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rcocean
10-11-2009, 11:55 AM
From New York Times; (http://www.nytimes.com/2009/10/11/us/11calif.html?partner=rss&emc=rss)

In a rare public rebuke of state government and policies delivered by a sitting judge, the chief justice of the California Supreme Court scathingly criticized the state’s reliance on the referendum process, arguing that it has “rendered our state government dysfunctional.”

Justice George said that perhaps the “most consequential” impact of the referendum process is that it limits “how elected officials may raise and spend revenue.” He added, “California’s lawmakers, and the state itself, have been placed in a fiscal straitjacket by a steep two-thirds-vote requirement — imposed at the ballot box — for raising taxes.”

No, sorry Judge. The problem is the state legislature spends money it doesn't have, refuses to save for a rainy day (recession) and like spoiled little kids waits until the very last day to reach a compromise.

California has a high state income tax and sales tax. Revenue over the last 15 years has doubled. Texas and Florida don't have income taxes and don't seem to have any significant problems.

I know its sad when some unelected lawyer can't impose his will on millions on Americans, but fortunately, California isn't Massachusetts or New Jersey. The liberals have failed to make California completely into New York-West because of democracy - and it tears them up inside.

AemJeff
10-11-2009, 12:08 PM
From New York Times; (http://www.nytimes.com/2009/10/11/us/11calif.html?partner=rss&emc=rss)



No, sorry Judge. The problem is the state legislature spends money it doesn't have, refuses to save for a rainy day (recession) and like spoiled little kids waits until the very last day to reach a compromise.

California has a high state income tax and sales tax. Revenue over the last 15 years has doubled. Texas and Florida don't have income taxes and don't seem to have any significant problems.

I know its sad when some unelected lawyer can't impose his will on millions on Americans, but fortunately, California isn't Massachusetts or New Jersey. The liberals have failed to make California completely into New York-West because of democracy - and it tears them up inside.

Are you suggesting that there's a problem with a citizen expressing an opinion? Did he give up his citizenship, or his right to speak out, when he became a judge? Have you seen the chaos that referenda have wreaked upon California's politics? I'm assuming you understand that the founders chose representative democracy as the basic model for our form of government, and that that system has more or less worked for almost two and a half centuries.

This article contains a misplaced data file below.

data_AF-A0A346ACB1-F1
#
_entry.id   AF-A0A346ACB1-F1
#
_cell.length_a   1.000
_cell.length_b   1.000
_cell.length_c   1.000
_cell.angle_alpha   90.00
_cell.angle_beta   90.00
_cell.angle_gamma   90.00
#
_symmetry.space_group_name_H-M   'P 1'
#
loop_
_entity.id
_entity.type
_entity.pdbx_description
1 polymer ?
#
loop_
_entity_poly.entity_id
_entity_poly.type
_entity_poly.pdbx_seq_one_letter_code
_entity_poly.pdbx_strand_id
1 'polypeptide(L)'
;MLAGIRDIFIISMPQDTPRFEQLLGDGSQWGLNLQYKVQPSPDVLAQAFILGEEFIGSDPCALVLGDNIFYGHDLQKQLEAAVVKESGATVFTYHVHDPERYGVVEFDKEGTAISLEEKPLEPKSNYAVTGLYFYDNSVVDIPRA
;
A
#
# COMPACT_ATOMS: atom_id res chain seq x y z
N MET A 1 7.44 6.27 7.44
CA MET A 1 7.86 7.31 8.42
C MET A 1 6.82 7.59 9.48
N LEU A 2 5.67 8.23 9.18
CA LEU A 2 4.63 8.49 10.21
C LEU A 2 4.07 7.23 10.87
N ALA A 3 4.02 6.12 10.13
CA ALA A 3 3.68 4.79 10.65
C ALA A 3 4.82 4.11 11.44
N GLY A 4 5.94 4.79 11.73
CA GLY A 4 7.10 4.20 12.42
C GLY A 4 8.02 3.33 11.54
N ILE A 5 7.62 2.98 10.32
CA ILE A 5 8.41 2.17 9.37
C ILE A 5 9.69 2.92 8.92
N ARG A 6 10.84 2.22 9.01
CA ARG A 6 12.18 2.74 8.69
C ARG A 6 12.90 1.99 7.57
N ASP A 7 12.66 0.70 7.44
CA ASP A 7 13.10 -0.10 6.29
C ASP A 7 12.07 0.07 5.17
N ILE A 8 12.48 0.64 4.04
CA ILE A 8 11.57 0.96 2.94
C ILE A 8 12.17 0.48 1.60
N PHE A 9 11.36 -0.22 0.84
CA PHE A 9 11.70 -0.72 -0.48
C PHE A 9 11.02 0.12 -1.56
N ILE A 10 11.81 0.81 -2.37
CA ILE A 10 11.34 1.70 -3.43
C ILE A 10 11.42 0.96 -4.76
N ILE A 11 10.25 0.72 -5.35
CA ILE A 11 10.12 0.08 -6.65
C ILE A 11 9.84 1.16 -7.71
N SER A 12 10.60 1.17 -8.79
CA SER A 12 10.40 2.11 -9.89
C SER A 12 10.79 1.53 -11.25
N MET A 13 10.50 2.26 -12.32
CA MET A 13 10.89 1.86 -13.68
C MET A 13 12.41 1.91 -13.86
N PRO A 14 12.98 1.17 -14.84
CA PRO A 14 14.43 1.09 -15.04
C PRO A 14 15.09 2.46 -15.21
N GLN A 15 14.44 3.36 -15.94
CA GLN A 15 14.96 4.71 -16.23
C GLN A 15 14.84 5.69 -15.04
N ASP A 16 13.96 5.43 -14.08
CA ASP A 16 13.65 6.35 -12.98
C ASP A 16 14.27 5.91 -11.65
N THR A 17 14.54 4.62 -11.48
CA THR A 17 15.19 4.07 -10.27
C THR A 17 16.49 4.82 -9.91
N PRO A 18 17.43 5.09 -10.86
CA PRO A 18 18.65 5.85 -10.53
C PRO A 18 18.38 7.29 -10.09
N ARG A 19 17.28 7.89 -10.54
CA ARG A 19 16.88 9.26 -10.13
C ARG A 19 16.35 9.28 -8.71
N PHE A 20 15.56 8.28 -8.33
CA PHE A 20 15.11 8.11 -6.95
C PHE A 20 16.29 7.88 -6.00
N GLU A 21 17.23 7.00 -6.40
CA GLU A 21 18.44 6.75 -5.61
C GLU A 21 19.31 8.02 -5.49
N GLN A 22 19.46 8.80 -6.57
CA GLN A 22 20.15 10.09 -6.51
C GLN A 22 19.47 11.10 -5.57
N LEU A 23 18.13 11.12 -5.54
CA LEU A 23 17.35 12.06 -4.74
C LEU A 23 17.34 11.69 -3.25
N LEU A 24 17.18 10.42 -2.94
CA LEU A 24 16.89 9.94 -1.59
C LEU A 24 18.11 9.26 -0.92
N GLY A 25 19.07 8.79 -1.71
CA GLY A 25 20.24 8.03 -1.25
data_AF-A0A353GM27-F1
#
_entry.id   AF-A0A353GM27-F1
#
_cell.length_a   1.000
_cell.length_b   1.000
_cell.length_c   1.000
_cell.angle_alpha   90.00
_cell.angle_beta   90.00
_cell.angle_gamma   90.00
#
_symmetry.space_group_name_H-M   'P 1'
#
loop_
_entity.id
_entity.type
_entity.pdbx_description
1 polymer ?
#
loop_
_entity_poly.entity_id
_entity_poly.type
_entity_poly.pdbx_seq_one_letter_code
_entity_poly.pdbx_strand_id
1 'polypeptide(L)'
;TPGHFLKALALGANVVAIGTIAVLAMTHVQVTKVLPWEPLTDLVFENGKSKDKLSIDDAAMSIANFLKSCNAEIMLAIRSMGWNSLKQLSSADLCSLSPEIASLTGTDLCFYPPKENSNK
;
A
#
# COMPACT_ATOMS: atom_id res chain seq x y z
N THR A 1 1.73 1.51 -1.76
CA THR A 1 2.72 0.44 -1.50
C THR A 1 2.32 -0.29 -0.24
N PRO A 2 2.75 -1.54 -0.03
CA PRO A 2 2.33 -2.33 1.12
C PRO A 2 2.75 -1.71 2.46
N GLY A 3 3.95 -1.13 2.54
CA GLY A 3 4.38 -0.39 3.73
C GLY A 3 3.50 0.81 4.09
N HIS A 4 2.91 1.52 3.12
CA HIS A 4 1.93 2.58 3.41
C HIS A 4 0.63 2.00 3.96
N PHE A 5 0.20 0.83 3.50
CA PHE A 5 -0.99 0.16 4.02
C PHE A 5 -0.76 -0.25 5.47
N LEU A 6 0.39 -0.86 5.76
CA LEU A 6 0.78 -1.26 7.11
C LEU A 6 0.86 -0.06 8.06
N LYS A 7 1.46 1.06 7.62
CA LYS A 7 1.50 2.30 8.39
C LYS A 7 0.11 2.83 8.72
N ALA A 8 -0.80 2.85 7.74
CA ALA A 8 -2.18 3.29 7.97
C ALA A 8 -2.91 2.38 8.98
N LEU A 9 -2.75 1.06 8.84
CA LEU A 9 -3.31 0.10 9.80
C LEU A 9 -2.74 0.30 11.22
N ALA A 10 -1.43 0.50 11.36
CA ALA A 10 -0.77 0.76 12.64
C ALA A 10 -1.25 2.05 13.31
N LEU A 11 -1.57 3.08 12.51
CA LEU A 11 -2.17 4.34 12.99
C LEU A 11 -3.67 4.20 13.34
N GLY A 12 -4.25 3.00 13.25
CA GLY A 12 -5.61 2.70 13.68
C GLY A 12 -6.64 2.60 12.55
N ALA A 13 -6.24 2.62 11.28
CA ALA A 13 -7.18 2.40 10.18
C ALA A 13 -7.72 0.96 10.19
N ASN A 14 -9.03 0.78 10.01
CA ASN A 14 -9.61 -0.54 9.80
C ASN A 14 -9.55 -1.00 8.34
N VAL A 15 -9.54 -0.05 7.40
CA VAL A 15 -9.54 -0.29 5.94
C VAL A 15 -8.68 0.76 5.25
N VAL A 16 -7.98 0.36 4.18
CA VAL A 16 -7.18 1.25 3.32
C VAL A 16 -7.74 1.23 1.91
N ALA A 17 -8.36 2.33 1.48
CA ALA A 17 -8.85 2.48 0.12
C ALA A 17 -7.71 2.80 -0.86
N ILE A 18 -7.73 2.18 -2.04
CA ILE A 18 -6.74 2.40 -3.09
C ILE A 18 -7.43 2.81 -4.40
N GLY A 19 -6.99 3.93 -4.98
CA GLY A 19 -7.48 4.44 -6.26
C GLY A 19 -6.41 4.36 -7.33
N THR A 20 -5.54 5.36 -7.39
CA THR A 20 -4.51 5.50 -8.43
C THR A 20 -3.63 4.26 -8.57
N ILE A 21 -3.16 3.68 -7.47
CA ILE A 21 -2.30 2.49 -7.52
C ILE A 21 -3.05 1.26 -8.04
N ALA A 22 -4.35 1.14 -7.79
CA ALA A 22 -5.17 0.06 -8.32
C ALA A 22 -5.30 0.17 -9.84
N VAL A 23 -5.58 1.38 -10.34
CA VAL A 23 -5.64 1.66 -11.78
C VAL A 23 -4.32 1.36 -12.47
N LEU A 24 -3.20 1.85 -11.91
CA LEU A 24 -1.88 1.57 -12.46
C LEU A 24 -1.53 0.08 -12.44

rcocean
10-11-2009, 01:13 PM
Are you suggesting that there's a problem with a citizen expressing an opinion? Did he give up his citizenship, or his right to speak out, when he became a judge? Have you seen the chaos that referenda have wreaked upon California's politics? I'm assuming you understand that the founders chose representative democracy as the basic model for our form of government, and that that system has more or less worked for almost two and a half centuries.

1. Comments like 'he has the right to speak' or "The 1st Amendment, etc." are always lame and irrelevant. Who stated he shouldn't be allowed to speak? No one.

2. California has a representative form of government.

3. All the chaos in California is caused by the legislature - which refuses to act responsibility and live within its means. And by the courts, who often flaunt the express letter of law, causing the People to overturn their outrageous decisions.

AemJeff
10-11-2009, 01:18 PM
1. Comments like 'he has right to speak' or "The 1st Admendment, etc." are always lame and irrelvant. Who stated he shouldn't be allowed to speak? No one.

2. California has a reprsentative form of government.

3. All in the chaos in California is caused by the legislature - which refuses to act responsilbiy and live within its means. And by the courts, who often flaunt the express letter of law, causing the People to overturn their outragous decisions by the ballot.

"Unelected judge." Of what relevance is that, then - you... you unelected forum commenter? It's a silly trope, and the clear implication was that not only do you disagree, but that he shouldn't have spoken out in the first place.

Referenda short circuit representative democracy. The analysis in your third point is tendentious and questionable.

rcocean
10-11-2009, 04:03 PM
"Unelected judge." Of what relevance is that, then - you... you unelected forum commenter? It's a silly trope, and the clear implication was that not only do you disagree, but that he shouldn't have spoken out in the first place.

No that's YOUR implication. The Clear "implication" is that I disagree with what he says, and think it arrogant that an unelected judge should blame the problem on the voters.

You of course agree with the Judge, since the judge is criticizing a conservative position. No doubt, if the Judge were conservative, you'd be agreeing with me. With the left, means are irrelevant - only the ends matter. We conservatives think differently.

Referenda short circuit representative democracy. The analysis in your third point is tendentious and questionable.

Iow, you disagree but can't say why.

Wonderment
10-11-2009, 04:05 PM
Not quite accurate to call the judges "unelected." It's true that they are appointed by the governor, but they must be ratified by the people (not the legislature) in the next general election.